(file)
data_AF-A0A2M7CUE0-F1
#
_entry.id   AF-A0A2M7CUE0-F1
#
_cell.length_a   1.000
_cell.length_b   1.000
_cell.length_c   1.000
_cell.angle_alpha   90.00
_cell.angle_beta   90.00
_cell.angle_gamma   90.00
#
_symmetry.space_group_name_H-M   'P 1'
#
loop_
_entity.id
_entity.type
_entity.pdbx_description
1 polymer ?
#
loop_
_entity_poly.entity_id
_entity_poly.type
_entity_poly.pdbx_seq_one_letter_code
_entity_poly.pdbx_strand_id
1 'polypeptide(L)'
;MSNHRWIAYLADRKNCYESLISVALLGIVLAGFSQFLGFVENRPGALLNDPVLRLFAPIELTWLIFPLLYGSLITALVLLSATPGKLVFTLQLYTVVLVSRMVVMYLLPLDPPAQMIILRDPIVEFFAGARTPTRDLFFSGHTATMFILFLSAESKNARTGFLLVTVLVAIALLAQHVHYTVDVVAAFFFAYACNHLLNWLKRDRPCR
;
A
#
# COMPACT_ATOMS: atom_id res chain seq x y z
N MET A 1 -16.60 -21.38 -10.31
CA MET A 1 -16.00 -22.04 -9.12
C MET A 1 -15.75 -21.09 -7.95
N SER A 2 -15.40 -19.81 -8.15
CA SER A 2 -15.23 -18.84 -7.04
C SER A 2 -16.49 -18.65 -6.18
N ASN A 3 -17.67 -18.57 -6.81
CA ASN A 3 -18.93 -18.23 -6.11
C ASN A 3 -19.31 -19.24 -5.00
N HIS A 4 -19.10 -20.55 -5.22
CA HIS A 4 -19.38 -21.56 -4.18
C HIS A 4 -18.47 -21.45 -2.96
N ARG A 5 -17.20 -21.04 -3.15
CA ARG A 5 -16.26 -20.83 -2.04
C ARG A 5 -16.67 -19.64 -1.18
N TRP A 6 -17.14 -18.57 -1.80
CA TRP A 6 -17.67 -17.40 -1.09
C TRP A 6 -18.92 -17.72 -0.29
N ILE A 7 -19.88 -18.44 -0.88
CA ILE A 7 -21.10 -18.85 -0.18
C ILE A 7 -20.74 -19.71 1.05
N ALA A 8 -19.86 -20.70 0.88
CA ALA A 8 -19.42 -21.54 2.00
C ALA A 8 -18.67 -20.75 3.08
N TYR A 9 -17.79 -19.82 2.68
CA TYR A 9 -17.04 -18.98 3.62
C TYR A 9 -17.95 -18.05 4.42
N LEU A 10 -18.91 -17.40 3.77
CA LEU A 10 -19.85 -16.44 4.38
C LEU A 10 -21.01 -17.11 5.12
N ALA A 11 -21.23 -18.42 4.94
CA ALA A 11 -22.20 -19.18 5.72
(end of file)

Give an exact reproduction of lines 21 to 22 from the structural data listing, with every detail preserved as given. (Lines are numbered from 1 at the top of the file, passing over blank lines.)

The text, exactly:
_entity_poly.entity_id
_entity_poly.type